The Depth of Pakistani-U.S. Cooperation; More Taliban Arrests?
The Christian Science Monitor carries an interview with an anonymous and recently retired senior Pakistani intelligence official, who tells us to expect more arrests like that of top Taliban leader Mullah Abdul Ghani Baradar:
[T]he emerging relationship is built on reciprocity. After the US killed Pakistan Taliban leader Baitullah Mehsud last August as a favor to the Pakistan government, analysts predicted that Pakistan would do more scratching of America’s back in turn.
The biggest payoff so far was the arrest of Mr. Baradar near the port city of Karachi about 10 days ago, which was announced late Monday. Baradar is the most senior Afghan Taliban official arrested since the war began and a man the US has been hunting for years.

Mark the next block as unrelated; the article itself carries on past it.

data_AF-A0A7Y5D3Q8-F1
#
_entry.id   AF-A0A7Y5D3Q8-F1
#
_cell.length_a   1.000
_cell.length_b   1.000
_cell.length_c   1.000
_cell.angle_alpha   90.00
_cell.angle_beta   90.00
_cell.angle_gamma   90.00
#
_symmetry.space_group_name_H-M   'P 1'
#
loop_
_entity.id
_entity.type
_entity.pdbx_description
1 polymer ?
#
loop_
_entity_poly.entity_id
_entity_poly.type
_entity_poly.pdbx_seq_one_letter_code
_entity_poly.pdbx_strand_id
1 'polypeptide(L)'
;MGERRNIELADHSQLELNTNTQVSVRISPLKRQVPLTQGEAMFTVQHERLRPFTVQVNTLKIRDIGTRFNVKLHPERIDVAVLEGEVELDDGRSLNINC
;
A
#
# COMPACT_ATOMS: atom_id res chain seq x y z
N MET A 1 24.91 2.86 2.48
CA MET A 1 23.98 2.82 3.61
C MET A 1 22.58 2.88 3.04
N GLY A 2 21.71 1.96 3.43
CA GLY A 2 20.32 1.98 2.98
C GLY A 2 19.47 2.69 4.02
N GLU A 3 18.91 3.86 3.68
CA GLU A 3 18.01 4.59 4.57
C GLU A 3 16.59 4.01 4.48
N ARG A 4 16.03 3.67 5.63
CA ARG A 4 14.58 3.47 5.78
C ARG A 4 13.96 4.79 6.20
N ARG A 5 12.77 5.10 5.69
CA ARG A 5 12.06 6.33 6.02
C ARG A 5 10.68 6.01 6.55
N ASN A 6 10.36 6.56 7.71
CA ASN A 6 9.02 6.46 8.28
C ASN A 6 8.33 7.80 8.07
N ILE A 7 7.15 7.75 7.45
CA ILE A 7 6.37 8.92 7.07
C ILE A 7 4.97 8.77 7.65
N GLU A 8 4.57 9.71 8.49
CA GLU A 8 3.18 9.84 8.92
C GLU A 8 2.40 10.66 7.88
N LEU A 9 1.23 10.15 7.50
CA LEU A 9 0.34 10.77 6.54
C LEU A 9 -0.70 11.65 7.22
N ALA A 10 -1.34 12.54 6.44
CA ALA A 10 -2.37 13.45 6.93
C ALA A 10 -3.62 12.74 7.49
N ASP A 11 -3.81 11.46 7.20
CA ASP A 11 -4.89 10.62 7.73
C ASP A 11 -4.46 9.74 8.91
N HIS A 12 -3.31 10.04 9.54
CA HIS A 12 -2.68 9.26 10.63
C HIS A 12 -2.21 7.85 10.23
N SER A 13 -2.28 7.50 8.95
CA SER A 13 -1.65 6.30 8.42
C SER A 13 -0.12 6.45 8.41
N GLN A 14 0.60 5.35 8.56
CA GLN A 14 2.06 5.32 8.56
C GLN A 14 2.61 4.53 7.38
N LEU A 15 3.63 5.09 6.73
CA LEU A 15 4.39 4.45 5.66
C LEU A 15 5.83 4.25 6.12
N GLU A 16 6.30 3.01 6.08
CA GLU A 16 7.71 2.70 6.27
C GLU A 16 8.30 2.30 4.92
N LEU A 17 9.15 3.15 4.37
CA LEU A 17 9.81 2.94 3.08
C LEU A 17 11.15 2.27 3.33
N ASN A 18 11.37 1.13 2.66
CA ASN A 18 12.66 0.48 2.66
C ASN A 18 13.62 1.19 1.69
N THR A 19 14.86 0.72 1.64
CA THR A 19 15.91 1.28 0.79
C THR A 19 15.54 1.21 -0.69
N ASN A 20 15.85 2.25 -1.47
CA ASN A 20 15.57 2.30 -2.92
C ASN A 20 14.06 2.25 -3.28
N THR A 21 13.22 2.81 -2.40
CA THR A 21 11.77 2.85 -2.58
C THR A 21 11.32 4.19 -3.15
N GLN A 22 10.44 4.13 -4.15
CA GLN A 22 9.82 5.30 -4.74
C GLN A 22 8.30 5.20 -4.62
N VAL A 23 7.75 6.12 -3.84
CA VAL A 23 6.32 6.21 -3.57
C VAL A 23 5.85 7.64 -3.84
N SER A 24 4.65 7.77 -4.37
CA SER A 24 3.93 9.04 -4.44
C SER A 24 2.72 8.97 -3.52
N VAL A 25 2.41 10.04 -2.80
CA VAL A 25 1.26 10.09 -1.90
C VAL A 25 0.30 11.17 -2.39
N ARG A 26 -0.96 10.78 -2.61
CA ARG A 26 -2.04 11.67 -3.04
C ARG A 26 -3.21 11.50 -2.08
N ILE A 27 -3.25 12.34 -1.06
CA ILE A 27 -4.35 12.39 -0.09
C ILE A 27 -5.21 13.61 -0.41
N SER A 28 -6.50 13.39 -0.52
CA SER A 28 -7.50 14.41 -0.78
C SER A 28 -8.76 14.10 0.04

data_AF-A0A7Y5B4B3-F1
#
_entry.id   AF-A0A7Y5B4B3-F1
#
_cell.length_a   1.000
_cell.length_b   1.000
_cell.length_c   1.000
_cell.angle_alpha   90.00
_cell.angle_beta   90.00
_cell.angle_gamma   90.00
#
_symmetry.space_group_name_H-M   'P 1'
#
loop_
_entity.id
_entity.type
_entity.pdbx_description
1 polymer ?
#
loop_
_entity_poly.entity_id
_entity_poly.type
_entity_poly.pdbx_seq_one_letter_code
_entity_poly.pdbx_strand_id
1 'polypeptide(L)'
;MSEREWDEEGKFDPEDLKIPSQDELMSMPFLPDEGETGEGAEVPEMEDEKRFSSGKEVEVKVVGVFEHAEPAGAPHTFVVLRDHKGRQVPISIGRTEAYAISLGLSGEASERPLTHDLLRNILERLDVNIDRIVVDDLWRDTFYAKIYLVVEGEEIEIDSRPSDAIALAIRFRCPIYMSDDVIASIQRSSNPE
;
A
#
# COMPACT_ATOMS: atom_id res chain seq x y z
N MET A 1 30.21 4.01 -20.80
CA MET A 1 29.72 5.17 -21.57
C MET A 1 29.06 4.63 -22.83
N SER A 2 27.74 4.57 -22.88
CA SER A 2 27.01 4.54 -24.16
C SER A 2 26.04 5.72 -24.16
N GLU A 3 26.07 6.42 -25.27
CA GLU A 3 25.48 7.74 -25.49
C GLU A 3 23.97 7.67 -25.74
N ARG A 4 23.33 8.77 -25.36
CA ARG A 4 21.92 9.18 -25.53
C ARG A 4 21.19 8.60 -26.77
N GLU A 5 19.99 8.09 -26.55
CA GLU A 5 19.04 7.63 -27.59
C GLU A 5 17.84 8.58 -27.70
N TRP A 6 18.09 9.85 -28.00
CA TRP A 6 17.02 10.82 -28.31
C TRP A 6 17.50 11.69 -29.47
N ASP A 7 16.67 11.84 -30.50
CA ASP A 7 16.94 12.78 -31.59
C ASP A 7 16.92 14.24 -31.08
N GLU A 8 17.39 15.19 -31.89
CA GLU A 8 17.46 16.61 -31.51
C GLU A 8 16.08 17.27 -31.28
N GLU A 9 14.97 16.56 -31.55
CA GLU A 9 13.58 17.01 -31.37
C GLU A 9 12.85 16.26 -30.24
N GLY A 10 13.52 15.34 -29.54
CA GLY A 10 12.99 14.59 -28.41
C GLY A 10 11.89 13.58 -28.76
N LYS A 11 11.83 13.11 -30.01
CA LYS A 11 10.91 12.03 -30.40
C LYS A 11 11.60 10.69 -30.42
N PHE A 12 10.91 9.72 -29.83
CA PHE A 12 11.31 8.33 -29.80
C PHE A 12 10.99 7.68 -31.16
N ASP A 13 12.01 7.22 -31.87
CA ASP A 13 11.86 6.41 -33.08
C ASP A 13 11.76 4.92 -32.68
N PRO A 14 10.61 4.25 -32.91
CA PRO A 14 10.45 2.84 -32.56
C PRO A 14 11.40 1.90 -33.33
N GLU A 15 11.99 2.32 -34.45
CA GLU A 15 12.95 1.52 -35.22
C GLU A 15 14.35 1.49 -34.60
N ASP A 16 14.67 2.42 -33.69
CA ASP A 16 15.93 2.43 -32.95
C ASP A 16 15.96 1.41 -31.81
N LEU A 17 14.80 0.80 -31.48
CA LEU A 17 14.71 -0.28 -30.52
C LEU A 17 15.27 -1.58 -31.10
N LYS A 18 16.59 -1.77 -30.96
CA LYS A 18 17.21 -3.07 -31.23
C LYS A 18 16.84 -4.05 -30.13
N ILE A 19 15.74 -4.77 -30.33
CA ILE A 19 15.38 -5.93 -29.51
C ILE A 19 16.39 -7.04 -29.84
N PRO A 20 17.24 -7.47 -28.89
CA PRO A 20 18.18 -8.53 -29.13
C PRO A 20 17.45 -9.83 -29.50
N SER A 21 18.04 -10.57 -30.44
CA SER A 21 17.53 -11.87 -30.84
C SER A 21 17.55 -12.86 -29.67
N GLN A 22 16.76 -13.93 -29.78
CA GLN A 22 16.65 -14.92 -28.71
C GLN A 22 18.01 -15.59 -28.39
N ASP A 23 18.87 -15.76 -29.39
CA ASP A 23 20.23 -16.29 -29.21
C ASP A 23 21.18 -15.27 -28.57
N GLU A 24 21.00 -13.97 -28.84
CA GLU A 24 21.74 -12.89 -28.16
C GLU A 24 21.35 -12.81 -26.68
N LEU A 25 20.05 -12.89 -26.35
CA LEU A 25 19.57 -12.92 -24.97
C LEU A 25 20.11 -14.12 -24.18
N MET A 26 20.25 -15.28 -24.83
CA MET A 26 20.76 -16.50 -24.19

“The numbers are always fluctuating. Some work in other US agencies like USAID, others operate exclusively for the CIA,” says the retired intelligence official, who spoke on condition of anonymity. “They obviously work closely and it is not one way — it is mutual. Sometimes they need our support, sometimes we need the support they give us. Sometimes they do things not known to us.” Often the CIA will pay local operatives handsomely to carry out their work, he says.
With respect, that’s a pretty badly contextualized quote. Is this guy saying that there are intelligence officials masquerading as USAID officials? (Wouldn’t be unheard of.) Even still, it’s rare that the United States gets to see what the intelligence partnership looks like through Pakistani eyes.